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Cornell study finds climate warming and browning are making Adirondack lakes unlivable for trout, other species

Lakes in the Adirondack Mountains
Jim Levulis
/
WAMC
Lakes in the Adirondack Mountains

A new study led by Cornell University finds climate warming and lake browning are making lakes in the Adirondacks unlivable for cold water species such as trout, salmon and whitefish during the summer months. WAMC spoke with Cornell aquatic conservation specialist and professor Pete McIntyre about the findings and their implications.

McIntyre: From our perspective, the really startling facts that came out of this study, which was led by postdoc Steve Jane, is that a very large proportion of Adirondack lakes are really facing a bit of a crisis with deoxygenation of their bottom waters. And so what that means, we know within the lake science community that the world's lakes are warming, in the Adirondack lake community, we know that Adirondack lakes are warming faster than average for lakes at this latitude and the temperate zone. And other researchers have suggested that that was probably at least partly attributable to the lakes becoming more tea-stained or brown in color. So what Steve's work has added to that understanding is that that browning process, this increasing tea-staining of the lakes is leading to a loss of oxygen in the bottom waters in the late summer. And the reason that's so important is those bottom waters are the chilly places where in the heat of the summer, a brook trout or a lake trout or a whitefish can reliably go to seek shelter from the high temperatures up at the surface. And so we have always thought of that being a real virtue of Adirondack lakes is that they protected that cold water at the bottom, even in fairly shallow lakes. But what we discovered with this rapid browning process is that it is creating cold water, but that cold water doesn't have enough oxygen to keep the fish alive. And so in a majority of Adirondack lakes, there's a layer that's less than five feet thick that protects the fish in terms of meeting their oxygen requirements and meeting their cold-water requirements in the heat of the summer.

Levulis: And so as you mentioned, those conditions make it unlivable for the cold-water species such as trout, salmon, and whitefish. Those species are key to the Adirondacks’ fishing economy, and fishing tourism. What though environmental roles do trout, salmon and whitefish play for the aquatic ecosystems there?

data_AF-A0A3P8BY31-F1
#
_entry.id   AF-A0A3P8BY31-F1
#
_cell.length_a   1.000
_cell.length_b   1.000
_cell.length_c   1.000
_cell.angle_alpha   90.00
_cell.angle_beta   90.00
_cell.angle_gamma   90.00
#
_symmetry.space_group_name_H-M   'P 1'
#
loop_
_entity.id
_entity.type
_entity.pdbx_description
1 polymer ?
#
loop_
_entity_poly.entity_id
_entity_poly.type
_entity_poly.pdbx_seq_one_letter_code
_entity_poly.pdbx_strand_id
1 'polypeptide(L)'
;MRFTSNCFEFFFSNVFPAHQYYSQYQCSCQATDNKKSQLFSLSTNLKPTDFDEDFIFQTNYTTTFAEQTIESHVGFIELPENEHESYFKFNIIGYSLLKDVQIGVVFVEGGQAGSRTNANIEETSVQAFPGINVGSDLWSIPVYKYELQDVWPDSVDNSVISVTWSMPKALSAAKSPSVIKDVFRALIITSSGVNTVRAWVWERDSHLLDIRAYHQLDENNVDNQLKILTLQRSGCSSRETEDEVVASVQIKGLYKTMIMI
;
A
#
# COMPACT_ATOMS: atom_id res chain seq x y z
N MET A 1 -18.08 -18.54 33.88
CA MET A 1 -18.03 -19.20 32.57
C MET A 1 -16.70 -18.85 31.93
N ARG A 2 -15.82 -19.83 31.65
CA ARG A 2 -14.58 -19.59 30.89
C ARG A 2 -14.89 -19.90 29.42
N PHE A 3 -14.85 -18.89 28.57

Brook trout and lake trout are the native top predators in Adirondack lakes. And historically, brook trout were found in many, many lakes, not all but many, many lakes of the Adirondacks. Lake trout were found in fewer lakes. And so those two species both require that cold water. So from the fishery perspective, it's a really big deal for the cold bottom water to lose its oxygen. But that loss of oxygen causes all kinds of other environmental consequences that go way beyond the fish themselves. So our team is starting to investigate what the consequences are, for example, the mercury that accumulates in the fish. For the last 50 years, the Adirondacks have had a mercury problem. And that's kind of accompanied the acid rain problem, that hit its peak in the 1980s and early 90s, before the Clean Air Act started to remedy it. And so all this mercury that came into Adirondack lakes can only be transformed into an available form in the food web, that starts to accumulate in fish tissues, if there's low-oxygen conditions, and that's when bacteria can start to make it available. So historically, when there was much less low-oxygen habitat, the mercury even if it was there in the system couldn't find its way through the food web and end up in the fish tissues, where it can affect people who eat fish or loons that are eating fish, or otters or other wildlife. Now, today, with this extensive and often long-lasting, low-oxygen conditions, the transformation of the mercury and its entry into the food web becomes a much larger problem than it was before. The mercury is already there, but it now has the capacity to be converted into more available forms. So that's one example. But you can think of [it] as sort of a dead zone phenomenon where it's not just that the trout that are excluded from the bottom of these lakes. It's all life that requires oxygen. Everything is excluded. So you're sort of compressing the zone of biological activity for standard oxygen dependent biological activity into an ever-narrowing part of the lake up at the surface. And if you're a cold-water fish, that's a huge problem because you get squeezed between the hot water at the top and the deoxygenated water at the bottom. But even for species that aren't sensitive, don't have a sort of ceiling for their temperature tolerance, even those species are losing a substantial part of the habitat down in the bottom of the lake.